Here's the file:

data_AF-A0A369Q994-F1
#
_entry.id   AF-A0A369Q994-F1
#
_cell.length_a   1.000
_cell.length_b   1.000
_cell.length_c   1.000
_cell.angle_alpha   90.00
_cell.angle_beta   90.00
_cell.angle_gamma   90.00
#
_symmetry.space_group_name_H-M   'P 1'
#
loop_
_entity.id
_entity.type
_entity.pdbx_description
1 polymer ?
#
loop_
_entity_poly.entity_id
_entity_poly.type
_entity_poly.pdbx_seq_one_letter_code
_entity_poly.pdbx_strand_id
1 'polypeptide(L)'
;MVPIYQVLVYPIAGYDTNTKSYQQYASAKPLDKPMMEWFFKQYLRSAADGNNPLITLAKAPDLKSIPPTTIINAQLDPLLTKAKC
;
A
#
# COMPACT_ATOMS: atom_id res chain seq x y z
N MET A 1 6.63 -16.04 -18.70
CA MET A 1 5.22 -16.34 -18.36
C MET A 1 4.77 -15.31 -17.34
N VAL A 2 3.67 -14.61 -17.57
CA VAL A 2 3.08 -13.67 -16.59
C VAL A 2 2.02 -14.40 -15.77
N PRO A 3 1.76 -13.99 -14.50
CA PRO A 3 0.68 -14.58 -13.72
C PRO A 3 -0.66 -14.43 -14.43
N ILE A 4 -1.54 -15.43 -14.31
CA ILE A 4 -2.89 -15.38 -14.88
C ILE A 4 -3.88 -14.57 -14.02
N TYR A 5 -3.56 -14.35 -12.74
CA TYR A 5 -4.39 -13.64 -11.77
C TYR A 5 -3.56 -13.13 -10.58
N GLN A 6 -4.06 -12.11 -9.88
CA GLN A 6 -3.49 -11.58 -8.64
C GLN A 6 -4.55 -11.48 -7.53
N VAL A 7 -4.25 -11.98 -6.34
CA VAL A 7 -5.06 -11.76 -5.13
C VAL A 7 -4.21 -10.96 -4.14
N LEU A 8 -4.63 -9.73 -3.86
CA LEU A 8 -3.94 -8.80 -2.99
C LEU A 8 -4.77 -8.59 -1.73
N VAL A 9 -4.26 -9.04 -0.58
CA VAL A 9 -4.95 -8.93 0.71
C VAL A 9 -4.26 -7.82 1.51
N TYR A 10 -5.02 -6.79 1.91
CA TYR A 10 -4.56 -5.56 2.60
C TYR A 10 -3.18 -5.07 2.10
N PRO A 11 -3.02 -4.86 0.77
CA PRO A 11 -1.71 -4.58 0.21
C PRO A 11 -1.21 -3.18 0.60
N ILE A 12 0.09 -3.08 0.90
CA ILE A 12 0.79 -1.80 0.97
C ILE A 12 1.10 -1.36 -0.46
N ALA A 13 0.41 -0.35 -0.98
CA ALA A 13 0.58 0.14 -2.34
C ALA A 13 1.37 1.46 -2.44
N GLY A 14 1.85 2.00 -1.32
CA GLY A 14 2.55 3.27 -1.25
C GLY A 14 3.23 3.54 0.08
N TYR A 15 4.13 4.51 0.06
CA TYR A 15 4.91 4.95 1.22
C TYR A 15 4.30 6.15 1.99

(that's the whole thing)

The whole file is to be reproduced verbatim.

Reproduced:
data_AF-A0A369Q994-F1
#
_entry.id   AF-A0A369Q994-F1
#
_cell.length_a   1.000
_cell.length_b   1.000
_cell.length_c   1.000
_cell.angle_alpha   90.00
_cell.angle_beta   90.00
_cell.angle_gamma   90.00
#
_symmetry.space_group_name_H-M   'P 1'
#
loop_
_entity.id
_entity.type
_entity.pdbx_description
1 polymer ?
#
loop_
_entity_poly.entity_id
_entity_poly.type
_entity_poly.pdbx_seq_one_letter_code
_entity_poly.pdbx_strand_id
1 'polypeptide(L)'
;MVPIYQVLVYPIAGYDTNTKSYQQYASAKPLDKPMMEWFFKQYLRSAADGNNPLITLAKAPDLKSIPPTTIINAQLDPLLTKAKC
;
A
#
# COMPACT_ATOMS: atom_id res chain seq x y z
N MET A 1 6.63 -16.04 -18.70
CA MET A 1 5.22 -16.34 -18.36
C MET A 1 4.77 -15.31 -17.34
N VAL A 2 3.67 -14.61 -17.57
CA VAL A 2 3.08 -13.67 -16.59
C VAL A 2 2.02 -14.40 -15.77
N PRO A 3 1.76 -13.99 -14.50
CA PRO A 3 0.68 -14.58 -13.72
C PRO A 3 -0.66 -14.43 -14.43
N ILE A 4 -1.54 -15.43 -14.31
CA ILE A 4 -2.89 -15.38 -14.88
C ILE A 4 -3.88 -14.57 -14.02
N TYR A 5 -3.56 -14.35 -12.74
CA TYR A 5 -4.39 -13.64 -11.77
C TYR A 5 -3.56 -13.13 -10.58
N GLN A 6 -4.06 -12.11 -9.88
CA GLN A 6 -3.49 -11.58 -8.64
C GLN A 6 -4.55 -11.48 -7.53
N VAL A 7 -4.25 -11.98 -6.34
CA VAL A 7 -5.06 -11.76 -5.13
C VAL A 7 -4.21 -10.96 -4.14
N LEU A 8 -4.63 -9.73 -3.86
CA LEU A 8 -3.94 -8.80 -2.99
C LEU A 8 -4.77 -8.59 -1.73
N VAL A 9 -4.26 -9.04 -0.58
CA VAL A 9 -4.95 -8.93 0.71
C VAL A 9 -4.26 -7.82 1.51
N TYR A 10 -5.02 -6.79 1.91
CA TYR A 10 -4.56 -5.56 2.60
C TYR A 10 -3.18 -5.07 2.10
N PRO A 11 -3.02 -4.86 0.77
CA PRO A 11 -1.71 -4.58 0.21
C PRO A 11 -1.21 -3.18 0.60
N ILE A 12 0.09 -3.08 0.90
CA ILE A 12 0.79 -1.80 0.97
C ILE A 12 1.10 -1.36 -0.46
N ALA A 13 0.41 -0.35 -0.98
CA ALA A 13 0.58 0.14 -2.34
C ALA A 13 1.37 1.46 -2.44
N GLY A 14 1.85 2.00 -1.32
CA GLY A 14 2.55 3.27 -1.25
C GLY A 14 3.23 3.54 0.08
N TYR A 15 4.13 4.51 0.06
CA TYR A 15 4.91 4.95 1.22
C TYR A 15 4.30 6.15 1.99